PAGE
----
A Chinese lifeline for American workers

As wage inflation in China pushes up the cost of offshoring, "Made in America" starts to look a lot better

By Andrew Leonard

Published December 16, 2011 1:00AM (EST)

A business man rides an escalator in the financial district of Pudong in Shanghai      (Aly Song / Reuters)
A business man rides an escalator in the financial district of Pudong in Shanghai (Aly Song / Reuters)

The best unemployment news in three years arrived Thursday morning, when the Bureau of Labor Statistics reported that new requests for unemployment benefits fell to 366,000 last week. That's the lowest number of claims since early 2008. Even more significantly, the four-week moving average also fell to a three-year low.

The jobless claims news is highly encouraging. While it's true that historically there has been a lot of volatility in the claims numbers over the holiday period, the long-term trend is looking very solid. A few more weeks of claims at this level, and we could start to see significant improvement in the overall unemployment numbers.

But in the long run, the most tantalizing data point for American workers has little to do with what's going on right now in the U.S. labor market. For a better harbinger of the future, we should pay careful attention to what's happening to Chinese workers.

At first glance, the Wall Street Journal headline is alarming: "U.S. Shoppers Foot Bill for Soaring Pay in China." Woe to the Christmas shoppers! Wage inflation in China has finally reached the point at which Chinese manufacturers have been forced to pass on their higher costs to consumers.

In the past year, labor costs have risen 15 percent to 20 percent at Michaels Stores Inc.'s Chinese suppliers, says John Menzer, chief executive of the arts-and-crafts retailer. He says his company has spent much of the year seeking ways to partly offset those increases, such as by grouping goods from different suppliers into a single container to cut shipping costs.

Finally! Never mind the higher bill at the mall; the news that China's cheap labor advantage is withering away is momentous. We've known for years that China's labor costs were rising 10-20 percent annually, but even up to just a few years ago, the average Chinese worker still earned just a tiny fraction of what the average American worker made. But that gap is beginning to close, and 2011 appears to be something of a watershed year. A study released by the Boston Consulting Group in April suggested that by 2015, wage rates in China's most advanced regions will be nearly 70 percent of their American counterparts.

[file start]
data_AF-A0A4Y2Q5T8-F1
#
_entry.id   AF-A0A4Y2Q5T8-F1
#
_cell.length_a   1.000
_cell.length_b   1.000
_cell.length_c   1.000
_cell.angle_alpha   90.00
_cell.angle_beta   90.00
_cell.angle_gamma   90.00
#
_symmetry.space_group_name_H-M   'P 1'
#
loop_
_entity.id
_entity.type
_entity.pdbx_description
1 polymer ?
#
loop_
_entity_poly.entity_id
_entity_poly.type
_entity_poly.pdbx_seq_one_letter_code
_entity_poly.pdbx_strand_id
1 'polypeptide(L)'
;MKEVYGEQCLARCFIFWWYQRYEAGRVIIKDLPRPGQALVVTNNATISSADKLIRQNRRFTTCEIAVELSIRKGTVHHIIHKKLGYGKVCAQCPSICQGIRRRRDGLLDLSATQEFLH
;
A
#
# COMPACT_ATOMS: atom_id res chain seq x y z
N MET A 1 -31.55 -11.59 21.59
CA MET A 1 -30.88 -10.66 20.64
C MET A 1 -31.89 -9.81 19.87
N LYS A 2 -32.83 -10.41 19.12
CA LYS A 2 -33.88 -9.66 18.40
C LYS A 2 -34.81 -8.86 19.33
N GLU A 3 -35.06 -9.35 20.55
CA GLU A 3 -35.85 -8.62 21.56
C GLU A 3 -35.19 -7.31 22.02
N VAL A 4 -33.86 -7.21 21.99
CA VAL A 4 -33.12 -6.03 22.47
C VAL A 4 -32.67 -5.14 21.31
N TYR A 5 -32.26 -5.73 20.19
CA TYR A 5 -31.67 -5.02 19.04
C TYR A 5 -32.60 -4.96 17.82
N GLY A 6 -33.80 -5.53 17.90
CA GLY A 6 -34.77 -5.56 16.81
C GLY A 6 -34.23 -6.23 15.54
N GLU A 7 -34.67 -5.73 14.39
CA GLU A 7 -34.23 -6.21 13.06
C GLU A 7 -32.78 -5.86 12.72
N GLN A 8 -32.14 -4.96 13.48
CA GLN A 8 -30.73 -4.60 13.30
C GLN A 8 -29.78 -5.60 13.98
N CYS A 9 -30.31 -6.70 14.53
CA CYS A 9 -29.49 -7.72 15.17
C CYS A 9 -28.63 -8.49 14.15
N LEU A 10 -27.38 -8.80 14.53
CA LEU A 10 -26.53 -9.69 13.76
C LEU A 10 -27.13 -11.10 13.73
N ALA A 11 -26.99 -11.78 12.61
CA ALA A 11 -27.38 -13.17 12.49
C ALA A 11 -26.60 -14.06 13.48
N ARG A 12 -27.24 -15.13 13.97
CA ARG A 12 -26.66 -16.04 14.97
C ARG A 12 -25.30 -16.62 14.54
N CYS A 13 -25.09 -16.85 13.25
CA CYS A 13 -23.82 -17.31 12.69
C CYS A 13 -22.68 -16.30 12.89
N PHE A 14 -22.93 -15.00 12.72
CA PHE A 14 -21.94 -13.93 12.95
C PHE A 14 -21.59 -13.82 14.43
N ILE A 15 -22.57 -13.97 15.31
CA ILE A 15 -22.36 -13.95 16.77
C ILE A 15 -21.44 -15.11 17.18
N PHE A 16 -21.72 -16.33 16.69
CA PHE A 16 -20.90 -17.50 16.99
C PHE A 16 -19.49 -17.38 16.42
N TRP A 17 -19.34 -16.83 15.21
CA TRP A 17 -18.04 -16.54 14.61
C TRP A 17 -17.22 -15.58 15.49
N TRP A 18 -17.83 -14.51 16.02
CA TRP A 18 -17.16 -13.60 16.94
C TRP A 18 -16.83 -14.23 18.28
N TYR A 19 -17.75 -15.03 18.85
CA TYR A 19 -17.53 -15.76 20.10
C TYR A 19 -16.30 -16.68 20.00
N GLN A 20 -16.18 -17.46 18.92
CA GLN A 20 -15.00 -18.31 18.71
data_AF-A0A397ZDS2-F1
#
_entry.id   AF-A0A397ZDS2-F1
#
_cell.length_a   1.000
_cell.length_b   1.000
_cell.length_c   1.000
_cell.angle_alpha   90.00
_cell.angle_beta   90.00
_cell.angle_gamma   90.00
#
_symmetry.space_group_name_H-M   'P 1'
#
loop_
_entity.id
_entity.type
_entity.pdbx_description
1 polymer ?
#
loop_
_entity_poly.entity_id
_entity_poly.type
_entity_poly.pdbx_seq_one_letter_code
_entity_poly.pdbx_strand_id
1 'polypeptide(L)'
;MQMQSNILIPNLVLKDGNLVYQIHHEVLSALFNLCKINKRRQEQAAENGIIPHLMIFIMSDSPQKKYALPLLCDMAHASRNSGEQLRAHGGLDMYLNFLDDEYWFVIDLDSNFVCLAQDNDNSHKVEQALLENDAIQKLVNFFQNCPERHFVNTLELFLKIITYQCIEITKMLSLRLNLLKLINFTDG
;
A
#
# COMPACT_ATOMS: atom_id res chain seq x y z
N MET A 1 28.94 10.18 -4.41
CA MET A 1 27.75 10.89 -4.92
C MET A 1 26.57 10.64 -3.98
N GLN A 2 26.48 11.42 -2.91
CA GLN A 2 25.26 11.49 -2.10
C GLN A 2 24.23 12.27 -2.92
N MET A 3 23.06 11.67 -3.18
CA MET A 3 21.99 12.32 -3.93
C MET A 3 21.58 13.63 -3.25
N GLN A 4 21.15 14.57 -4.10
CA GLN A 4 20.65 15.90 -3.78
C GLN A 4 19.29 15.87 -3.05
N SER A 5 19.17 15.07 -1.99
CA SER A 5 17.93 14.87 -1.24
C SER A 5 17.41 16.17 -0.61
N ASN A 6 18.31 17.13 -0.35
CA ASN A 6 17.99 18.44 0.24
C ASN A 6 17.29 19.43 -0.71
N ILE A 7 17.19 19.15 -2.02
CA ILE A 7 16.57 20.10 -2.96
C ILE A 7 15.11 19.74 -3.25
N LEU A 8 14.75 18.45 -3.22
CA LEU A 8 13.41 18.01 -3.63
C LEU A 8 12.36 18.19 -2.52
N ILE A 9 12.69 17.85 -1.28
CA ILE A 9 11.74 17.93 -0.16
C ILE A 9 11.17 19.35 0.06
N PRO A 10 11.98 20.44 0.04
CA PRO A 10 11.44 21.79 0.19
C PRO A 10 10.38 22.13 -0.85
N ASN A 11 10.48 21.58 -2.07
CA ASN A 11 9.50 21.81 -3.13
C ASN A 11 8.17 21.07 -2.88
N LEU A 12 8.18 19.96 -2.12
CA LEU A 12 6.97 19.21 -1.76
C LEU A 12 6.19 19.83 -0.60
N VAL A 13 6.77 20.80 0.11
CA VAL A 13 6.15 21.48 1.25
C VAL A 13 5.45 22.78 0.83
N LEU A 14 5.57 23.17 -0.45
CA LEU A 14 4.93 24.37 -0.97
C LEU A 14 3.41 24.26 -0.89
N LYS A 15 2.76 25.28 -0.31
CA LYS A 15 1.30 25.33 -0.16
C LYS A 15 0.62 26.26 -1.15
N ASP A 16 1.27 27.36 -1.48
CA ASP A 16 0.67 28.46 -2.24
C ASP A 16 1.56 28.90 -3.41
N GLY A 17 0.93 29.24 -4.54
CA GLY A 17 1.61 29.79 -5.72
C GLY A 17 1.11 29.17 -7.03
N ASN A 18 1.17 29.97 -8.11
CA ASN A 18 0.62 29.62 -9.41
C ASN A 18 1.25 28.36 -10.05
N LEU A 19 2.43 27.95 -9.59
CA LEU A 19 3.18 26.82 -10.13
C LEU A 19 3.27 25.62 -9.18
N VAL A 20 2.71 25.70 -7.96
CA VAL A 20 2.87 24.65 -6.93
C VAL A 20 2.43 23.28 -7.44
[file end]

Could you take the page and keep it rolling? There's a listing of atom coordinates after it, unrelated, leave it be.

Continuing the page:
The U.S. is ripe for a "manufacturing renaissance," declared the report.

With Chinese wages rising at about 17 percent per year and the value of the yuan continuing to increase, the gap between U.S. and Chinese wages is narrowing rapidly. Meanwhile, flexible work rules and a host of government incentives are making many states—including Mississippi, South Carolina, and Alabama—increasingly competitive as low-cost bases for supplying the U.S. market.

“All over China, wages are climbing at 15 to 20 percent a year because of the supply-and-demand imbalance for skilled labor,” said Harold L. Sirkin, a BCG senior partner. “We expect net labor costs for manufacturing in China and the U.S. to converge by around 2015. As a result of the changing economics, you’re going to see a lot more products ‘Made in the USA’ in the next five years.”

For the last three decades, globalization has funneled a stiff headwind directly against workers in developed countries. The force of that gale is now abating -- and if current trends in China persist, American workers may even end up with a breeze at their back. For workers, it is good news when U.S. multinationals start to complain about rising cost of offshoring production to China.

Of course, there's no guarantee that Chinese wage inflation will continue unabated. Scan the headlines of the Chinese business press right now, and you will see a great deal of concern about the health of the Chinese housing market. Prices are dropping fast in many regions, a possible sign of overcapacity. When you contemplate the fact that 13 percent of China's GDP is generated by construction spending, it's not hard to see why analysts are fearful of a hard landing. A Chinese recession combined with a European slowdown will not augur well for the fortunes of workers anywhere.

At the same time it is entirely possible that China is on the verge of hitting its "Lewisian turning point" -- that moment when fast industrialization has soaked up all the surplus labor available in the countryside, and workers are launched into a decade or more of rapidly growing wages and improving living standards. It happened in Japan, it happened in South Korea, and it happened in Taiwan. Given the size of China's economy, if the same pattern repeats itself in the People's Republic, it's not an exaggeration to suggest that the relative power of workers everywhere will take a great leap forward.

Of course, if you don't have the patience to wait for this transformation to fully kick in, there is another option. Go to a butler school and get yourself on the next plane to Shanghai.

Andrew Leonard

Andrew Leonard is a staff writer at Salon. On Twitter, @koxinga21.

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